Germany’s Nature and Biodiversity Conservation Union (NABU) announced the result of a scrubber study conducted by the Dutch research institute CE DELFT. The short conclusion: “(…) currently scrubbers cannot be considered a solution, neither in ecological nor economical terms.” Says the CEO of NABU Leif Miller.

At the time of writing 80 scrubbers were in operation out of a global fleet of 55.000 vessels, with 300 scrubbers on order.     

The issue is the new sulfur limit that has been active since 1st Jan. 2015, permitting vessels in Emission Control Areas (ECAs) to emit not more than 0,1%. The study highlights that while the scrubber technology may limit the sulfur content, the technology allows vessels to continue using Heavy Fuel Oil (HFO) in which other substances are equally harmful such as “polycyclic aromatic hydrocarbons (PAHs), heavy metals such as mercury, lead, and arsenic, as well as nitrates, and sulfur are left to accumulate in the Marine environment.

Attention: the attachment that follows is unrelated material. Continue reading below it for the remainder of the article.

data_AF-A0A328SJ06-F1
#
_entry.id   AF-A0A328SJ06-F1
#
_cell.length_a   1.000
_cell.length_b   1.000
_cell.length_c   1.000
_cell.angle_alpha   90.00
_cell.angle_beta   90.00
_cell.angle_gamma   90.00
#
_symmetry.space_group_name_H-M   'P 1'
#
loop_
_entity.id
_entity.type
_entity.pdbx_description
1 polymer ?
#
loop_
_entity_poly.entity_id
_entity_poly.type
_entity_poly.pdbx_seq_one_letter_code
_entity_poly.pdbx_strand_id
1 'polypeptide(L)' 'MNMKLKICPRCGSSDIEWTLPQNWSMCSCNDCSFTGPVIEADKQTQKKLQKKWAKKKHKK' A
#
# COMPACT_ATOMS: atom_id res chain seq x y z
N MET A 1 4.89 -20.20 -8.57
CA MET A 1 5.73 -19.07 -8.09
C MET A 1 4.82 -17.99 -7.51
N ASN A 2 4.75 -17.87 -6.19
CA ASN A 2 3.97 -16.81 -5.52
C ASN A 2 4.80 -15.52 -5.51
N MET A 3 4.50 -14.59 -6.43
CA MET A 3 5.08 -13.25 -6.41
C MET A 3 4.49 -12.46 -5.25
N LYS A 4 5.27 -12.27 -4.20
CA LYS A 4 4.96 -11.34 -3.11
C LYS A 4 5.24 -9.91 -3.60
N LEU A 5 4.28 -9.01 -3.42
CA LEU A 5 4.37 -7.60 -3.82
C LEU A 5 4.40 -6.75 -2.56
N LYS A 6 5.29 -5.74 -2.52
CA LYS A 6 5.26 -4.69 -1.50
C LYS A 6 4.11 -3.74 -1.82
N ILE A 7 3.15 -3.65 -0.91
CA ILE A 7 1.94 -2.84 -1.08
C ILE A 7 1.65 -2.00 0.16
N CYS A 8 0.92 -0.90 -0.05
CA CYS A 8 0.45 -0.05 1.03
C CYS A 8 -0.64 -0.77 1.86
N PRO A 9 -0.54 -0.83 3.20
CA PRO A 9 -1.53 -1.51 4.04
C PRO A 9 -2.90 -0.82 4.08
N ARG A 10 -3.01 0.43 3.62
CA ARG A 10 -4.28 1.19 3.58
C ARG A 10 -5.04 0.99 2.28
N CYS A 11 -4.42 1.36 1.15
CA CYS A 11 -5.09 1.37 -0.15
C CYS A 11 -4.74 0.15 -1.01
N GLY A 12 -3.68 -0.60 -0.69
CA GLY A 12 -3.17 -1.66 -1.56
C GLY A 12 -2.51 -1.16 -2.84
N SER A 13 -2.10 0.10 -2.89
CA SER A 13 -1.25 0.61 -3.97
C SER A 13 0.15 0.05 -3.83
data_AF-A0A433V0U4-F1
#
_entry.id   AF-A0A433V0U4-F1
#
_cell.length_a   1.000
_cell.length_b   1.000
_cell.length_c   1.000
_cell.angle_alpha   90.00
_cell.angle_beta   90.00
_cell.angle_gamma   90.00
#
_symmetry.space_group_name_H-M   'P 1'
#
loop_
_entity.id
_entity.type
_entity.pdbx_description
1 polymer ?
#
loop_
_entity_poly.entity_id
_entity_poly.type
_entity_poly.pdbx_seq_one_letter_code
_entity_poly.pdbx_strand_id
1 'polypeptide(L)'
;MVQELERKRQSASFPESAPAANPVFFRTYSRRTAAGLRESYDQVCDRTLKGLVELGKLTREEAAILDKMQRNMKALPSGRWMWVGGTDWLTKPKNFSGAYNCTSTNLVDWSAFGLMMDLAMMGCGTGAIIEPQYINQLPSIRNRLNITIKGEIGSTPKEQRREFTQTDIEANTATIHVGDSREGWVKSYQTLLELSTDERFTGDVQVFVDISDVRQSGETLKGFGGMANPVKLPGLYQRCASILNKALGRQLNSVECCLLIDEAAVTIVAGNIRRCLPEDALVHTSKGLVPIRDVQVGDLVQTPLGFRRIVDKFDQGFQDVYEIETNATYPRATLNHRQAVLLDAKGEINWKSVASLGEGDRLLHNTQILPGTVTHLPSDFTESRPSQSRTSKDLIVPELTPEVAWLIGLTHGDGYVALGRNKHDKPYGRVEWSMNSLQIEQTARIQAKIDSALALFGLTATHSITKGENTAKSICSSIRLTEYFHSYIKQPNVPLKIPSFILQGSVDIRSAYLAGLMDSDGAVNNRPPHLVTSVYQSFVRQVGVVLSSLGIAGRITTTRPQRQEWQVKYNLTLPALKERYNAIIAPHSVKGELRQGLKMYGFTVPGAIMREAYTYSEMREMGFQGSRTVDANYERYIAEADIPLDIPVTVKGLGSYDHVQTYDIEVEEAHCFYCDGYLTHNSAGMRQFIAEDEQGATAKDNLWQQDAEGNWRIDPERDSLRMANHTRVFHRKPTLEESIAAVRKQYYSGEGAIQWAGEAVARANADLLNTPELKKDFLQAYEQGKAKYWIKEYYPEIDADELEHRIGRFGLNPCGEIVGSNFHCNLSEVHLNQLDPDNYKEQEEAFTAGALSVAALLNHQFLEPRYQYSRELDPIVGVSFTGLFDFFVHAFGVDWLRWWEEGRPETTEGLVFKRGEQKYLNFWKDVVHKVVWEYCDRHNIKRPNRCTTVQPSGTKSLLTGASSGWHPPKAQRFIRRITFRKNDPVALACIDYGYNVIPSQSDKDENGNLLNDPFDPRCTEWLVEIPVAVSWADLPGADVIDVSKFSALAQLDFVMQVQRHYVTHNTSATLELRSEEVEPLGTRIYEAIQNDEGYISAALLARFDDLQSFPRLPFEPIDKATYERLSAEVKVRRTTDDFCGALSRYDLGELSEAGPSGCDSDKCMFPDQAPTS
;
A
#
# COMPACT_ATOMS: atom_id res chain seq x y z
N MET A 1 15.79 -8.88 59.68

The issue is that “this may lead to an infringement of critical loads over time and in particular in areas of dense ship traffic.”
As such the NABU sees less of a business case with regards to scrubbers, especially with the current price level.

Read the full article at shipandbunker or go to the study.

Not surprisingly players who have already invested millions in the technology only to have their decisions waivered are barking up. Amongst others DFDS, who points out the distinction between closed and open loop scrubbers. Read DFDS’s full response to the study.